Everything about blood pressure
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The heart is responsible for supplying oxygen and energy to the entire body as it pumps blood through the body. The pressure with which the blood pushes against the walls of our blood vessels is called blood pressure (BP). Increased BP puts a strain on the blood vessels and heart and can lead to a heart attack or other heart conditions. BP is measured by two readings – systolic and diastolic.[1]

Blood pressure readings

Every BP reading is defined by two numbers. The first one is the systolic BP, which is the increased pressure the heart exerts to send blood through the body, whereas the second one is the diastolic BP, which is a lower pressure when our heart is resting between beats. The readings are mentioned as a pair with the systolic value being the first, followed by the diastolic value.[1]

What is normal blood pressure?

Blood pressure is measured in units of millimetres of mercury (mmHg). A normal BP is generally  less than 120/80 mmHg, of which 120 is the systolic BP while 80 is the diastolic BP.[3]

How to interpret blood pressure readings?

If your BP is 90/60 or less, you may have low BP.

If the readings are more than 90/60 and less than 120/80, then your BP is normal (ideal).

If your BP is more than 120/80 and less than 140/90, then it is considered to be higher than normal. You should try to keep it low by making lifestyle changes.

A reading of 140/90 or higher over a few weeks indicates that you might be having high BP (hypertension).[4]

What is high blood pressure?

High BP occurs when your BP is consistently high. It is a condition in which one or both of the BP readings are consistently higher than 130/80 mmHg or if the readings show 140/90 mmHg.[4,5] This condition puts excess stress on your heart, and increases your risk of critical health problems such as stroke or heart attack or failure, and kidney failure.[1,5] There are no visible symptoms of high BP, so only regular BP check-ups can accurately detect it.[6]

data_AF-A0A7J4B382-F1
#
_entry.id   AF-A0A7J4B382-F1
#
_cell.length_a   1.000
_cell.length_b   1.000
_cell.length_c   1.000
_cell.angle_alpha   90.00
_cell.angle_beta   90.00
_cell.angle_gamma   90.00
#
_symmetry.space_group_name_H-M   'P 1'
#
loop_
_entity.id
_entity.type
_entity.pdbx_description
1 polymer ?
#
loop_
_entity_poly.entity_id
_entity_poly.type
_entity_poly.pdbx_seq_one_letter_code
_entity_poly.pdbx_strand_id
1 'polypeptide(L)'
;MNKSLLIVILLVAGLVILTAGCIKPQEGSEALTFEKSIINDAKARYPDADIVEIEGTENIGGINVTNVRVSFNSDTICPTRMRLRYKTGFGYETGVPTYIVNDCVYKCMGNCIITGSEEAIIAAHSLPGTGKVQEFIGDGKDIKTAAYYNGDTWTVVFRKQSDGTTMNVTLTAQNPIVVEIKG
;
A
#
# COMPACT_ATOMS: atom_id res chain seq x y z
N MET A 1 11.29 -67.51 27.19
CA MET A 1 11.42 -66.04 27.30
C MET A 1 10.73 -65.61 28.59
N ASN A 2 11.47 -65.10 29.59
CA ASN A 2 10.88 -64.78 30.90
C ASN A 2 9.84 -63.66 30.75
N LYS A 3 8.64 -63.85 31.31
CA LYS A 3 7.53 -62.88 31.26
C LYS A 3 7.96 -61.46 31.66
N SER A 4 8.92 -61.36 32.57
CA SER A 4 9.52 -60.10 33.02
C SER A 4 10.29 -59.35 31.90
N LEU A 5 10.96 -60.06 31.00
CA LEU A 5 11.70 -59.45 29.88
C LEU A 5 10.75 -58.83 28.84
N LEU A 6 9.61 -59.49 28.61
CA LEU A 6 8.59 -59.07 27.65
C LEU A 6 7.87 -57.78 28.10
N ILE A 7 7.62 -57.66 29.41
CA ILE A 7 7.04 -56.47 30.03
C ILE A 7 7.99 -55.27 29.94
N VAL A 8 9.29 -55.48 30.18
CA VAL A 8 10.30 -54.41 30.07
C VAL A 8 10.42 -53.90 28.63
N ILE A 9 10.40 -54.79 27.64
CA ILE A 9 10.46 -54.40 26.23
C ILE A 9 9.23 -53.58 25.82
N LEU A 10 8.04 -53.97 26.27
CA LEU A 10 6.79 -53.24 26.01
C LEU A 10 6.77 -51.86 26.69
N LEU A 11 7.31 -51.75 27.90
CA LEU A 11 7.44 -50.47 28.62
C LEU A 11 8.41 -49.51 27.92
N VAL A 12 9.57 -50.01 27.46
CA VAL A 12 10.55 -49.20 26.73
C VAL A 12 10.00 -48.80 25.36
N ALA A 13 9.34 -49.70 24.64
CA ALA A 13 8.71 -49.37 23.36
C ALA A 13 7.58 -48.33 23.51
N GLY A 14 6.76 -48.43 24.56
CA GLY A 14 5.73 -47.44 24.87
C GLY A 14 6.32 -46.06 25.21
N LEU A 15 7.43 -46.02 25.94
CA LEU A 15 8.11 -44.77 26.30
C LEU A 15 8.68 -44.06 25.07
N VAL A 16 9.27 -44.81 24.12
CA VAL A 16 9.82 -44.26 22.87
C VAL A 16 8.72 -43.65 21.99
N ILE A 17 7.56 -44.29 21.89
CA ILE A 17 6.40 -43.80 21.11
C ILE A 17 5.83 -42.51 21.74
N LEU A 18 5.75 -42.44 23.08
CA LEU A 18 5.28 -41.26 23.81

How do you define elevated blood pressure?

Elevated BP is defined as the state in which your BP is slightly above the normal value.[6] It is a condition in which the systolic BP is between 120 and 130 mmHg, and the diastolic BP is under 80 mmHg.[5] High BP and elevated BP both put you at a risk of heart attack, stroke or heart failure. The adoption of healthy lifestyle habits can help you keep the elevated BP under control. Elevated BP also has no visible symptoms.[6]

It is crucial to maintain your BP within the normal range by adopting a healthy lifestyle that can halt the beginning of hypertension. Untreated high BP can cause many health problems; therefore, you need to bring it under control to avoid any further health complications.


  1. Blood Pressure UK. Blood pressure and you [Internet]. Available from: http://www.bloodpressureuk.org/BloodPressureandyou/Thebasics/Bloodpressure.
  2. American Heart Association. What is high blood pressure? [Internet]. [updated 2019 Oct 31; cited 2020 Jan 11]. Available from: https://www.heart.org/en/health-topics/high-blood-pressure/the-facts-about-high-blood-pressure/what-is-high-blood-pressure.
  3. National Center for Biotechnology Information. What is blood pressure and how is it measured? [Internet]. [updated 2019 May 23; cited 2020 Jan 11]. Available from: https://www.ncbi.nlm.nih.gov/books/NBK279251/.
  4. Blood Pressure UK. Blood pressure chart [Internet]. Available from: http://www.bloodpressureuk.org/BloodPressureandyou/Thebasics/Bloodpressurechart.
  5. MedlinePlus. High blood pressure-adults [Internet]. Available from: https://medlineplus.gov/ency/article/000468.htm.
  6. Mayo Clinic. Elevated blood pressure [Internet]. [updated 2019 Oct 6; cited 2020 Jan 11]. Available from: https://www.mayoclinic.org/diseases-conditions/prehypertension/symptoms-causes/syc-20376703.

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